Everyone loves going on a metaphorical journey these days. From reality TV stars to telecom equipment providers, it seems no one can get by without an emotional or organisational transformation.
Ericsson is halfway through its own 10-year journey from being your common or garden telecoms vendor to an all-singing, all-dancing ICT company, CEO Hans Vestberg told attendees at the company’s annual Business Innovation Forum last week.
So how is it progressing, will it reach its destination and what does it mean for Ericsson’s traditional customer base of network operators?
Asked to define the Sweden-based company’s strategy in a couple of sentences without using the phrase “networked society”, Chief Strategy Officer and Head of M&A Rima Qureshi failed on both counts.
But she did tell European Communications: “If everything is being transformed, if everything and everyone will be connected then the question for us is how we can produce the products, services and ecosystem to enable that.
“The other part of the transformation, which is a bigger part for us, is how we can learn to work more the IT way… how to be quicker and more innovative. We’re looking to fail fast and move onto the next thing – our recent exit from modems is good example of this.”
New areas that Ericsson is focusing on include TV and media, M2M and the enterprise space.
It’s a lot to take on, but the CSO has a strong message to employees and the wider industry: “I don’t believe there's an option to go any slower. It’s the way we have to be. Yes, it's extremely challenging but we have to do it.”
The company’s most recent financial results show that the vendor is in rude health. As promised, revenues started to grow in the third quarter with sales up in all its major businesses.
Vestberg said Ericsson’s vast scale – it is present 180 countries – gives it the scale and strength to manage regional variations.
During the event, which took place in the company’s home city of Stockholm, Ericsson announced a 4G network deal with dtac in Thailand, an IT transformation with Taiwan's Far EasTone and a seven-year managed services deal with Montenegrin operator M:tel.
But herein lies the problem. As Qureshi admits: “We need to look beyond operators to address new customers.”
TV and media is the big white hope. Following acquisitions of Microsoft’s platform Mediaroom, media management company Red Bee, “TV Anywhere” deliver provider Azuki Systems and cloud storage company Fabrix, Ericsson is launching its cloud-based TV platform in Q2 next year.
Given the amount of capex invested, it will be a big moment for the company.
Another key area is M2M. In Stockholm, Ericsson showcased work it is doing with car manufacturer Volvo, which launched an infotainment service at CES in February, and shipping company Moller Maersk to track containers and reduce fuel consumption of its vessels.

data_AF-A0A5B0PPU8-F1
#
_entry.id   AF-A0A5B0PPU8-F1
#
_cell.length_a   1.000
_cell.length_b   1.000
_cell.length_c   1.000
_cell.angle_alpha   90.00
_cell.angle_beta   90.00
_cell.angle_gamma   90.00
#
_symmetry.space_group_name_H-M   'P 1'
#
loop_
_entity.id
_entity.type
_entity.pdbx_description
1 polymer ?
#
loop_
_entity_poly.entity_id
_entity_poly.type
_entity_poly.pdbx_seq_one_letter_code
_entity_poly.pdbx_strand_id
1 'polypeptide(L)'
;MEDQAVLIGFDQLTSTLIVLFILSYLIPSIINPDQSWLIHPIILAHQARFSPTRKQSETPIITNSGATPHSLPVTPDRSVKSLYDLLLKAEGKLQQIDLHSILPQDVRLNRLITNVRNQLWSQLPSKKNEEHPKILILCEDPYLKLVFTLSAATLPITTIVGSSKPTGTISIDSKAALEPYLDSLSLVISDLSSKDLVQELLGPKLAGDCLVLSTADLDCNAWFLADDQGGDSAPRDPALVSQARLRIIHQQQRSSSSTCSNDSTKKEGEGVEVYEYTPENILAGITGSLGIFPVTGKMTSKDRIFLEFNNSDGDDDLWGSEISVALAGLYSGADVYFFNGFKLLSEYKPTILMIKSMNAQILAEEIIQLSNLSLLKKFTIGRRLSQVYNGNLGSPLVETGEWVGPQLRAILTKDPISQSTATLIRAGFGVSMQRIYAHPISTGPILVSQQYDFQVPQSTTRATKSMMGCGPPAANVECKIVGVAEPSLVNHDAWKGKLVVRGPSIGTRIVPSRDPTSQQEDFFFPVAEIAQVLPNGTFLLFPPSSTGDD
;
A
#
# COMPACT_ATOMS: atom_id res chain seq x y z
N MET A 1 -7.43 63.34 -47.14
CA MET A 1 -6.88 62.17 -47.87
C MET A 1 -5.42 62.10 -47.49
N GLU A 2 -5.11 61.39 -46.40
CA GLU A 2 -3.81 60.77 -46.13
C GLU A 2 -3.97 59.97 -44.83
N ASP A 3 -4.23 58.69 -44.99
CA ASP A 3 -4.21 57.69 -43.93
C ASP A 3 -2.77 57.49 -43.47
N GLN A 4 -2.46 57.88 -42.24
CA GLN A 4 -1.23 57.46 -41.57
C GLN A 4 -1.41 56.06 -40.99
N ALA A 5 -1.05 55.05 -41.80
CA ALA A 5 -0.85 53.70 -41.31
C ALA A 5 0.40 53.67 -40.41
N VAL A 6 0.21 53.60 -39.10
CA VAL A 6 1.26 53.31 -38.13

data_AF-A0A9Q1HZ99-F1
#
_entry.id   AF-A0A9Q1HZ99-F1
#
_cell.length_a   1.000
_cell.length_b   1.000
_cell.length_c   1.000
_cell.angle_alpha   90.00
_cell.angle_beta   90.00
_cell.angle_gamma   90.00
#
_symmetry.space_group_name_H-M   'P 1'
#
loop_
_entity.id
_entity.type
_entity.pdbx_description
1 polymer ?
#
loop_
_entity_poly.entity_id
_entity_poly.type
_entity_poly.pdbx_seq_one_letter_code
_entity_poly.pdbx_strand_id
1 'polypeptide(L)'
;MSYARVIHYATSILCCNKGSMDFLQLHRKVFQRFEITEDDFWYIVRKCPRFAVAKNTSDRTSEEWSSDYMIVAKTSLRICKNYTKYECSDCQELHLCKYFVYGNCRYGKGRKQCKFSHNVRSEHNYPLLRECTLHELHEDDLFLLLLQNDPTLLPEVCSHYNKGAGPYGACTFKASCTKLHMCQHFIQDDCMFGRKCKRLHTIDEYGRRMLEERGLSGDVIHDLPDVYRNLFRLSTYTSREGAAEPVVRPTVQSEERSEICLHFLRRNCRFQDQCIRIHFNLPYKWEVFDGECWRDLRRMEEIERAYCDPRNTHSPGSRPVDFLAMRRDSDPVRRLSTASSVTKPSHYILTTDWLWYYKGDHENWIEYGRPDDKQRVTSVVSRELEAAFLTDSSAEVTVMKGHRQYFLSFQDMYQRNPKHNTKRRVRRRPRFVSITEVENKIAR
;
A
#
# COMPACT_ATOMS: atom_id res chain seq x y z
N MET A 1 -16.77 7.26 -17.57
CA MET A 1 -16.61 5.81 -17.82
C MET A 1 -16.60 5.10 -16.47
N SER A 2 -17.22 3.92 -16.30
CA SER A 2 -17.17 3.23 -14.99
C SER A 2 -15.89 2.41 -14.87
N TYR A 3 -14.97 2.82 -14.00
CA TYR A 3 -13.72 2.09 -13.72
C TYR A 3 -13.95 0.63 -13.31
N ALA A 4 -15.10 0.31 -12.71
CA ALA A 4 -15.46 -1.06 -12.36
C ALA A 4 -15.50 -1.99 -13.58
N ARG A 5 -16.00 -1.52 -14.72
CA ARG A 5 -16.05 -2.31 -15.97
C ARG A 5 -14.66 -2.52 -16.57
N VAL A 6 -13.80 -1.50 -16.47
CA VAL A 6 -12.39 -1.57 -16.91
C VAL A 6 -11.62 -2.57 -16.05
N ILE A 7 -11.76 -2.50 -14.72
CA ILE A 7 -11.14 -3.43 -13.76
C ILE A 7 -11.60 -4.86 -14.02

Transforming Ericsson could be viewed as something akin to turning round one of the latter’s ships.
Qureshi says her most pressing challenge is capital and resource allocation.
“Making the difficult decisions on where you make your investments is extremely challenging,” she explains. “If you have a business that is generating money but you know that it will be disrupted or transformed, how do you decide when is the right time to move money to new areas?”
CEO Vestberg said it was a subject much debated within the company. “We don’t want to transform too quickly but we don’t want to transform too slowly,” he said in his keynote address in Stockholm.
M&A will remain a big part of the transformation. Qureshi says: “Anything that is core [ie, radio] we will do ourselves, any new areas we will look at M&A, partnerships and strategic investments.”
The CSO revealed she has a group based in California and New York with an objective to look at the new technologies that are potentially going to be disruptive.
“When we decide to invest we take a VC approach and sit on their boards to evaluate how things go.”
While such investments will hopefully pay off in the future, where does this leave Ericsson’s large base of operator customers?
According to Qureshi, their role is becoming differentiated depending on where their core strength is.
She says: “For some it is the best network, for some it is opening up their networks to developers to deliver online services. For others it is quad-play and developing their own content.”
But she refutes the notion that Ericsson is transforming because operators are just not innovative enough: “Operators are not becoming less relevant, they're trying to figure out where they can offer the best value.
“They have to have a clear idea of where they want to position themselves and how they can be competitive.”
Ultimately, Ericsson is desperate to move on from its traditional operator customer base but will be reliant on them for some time yet.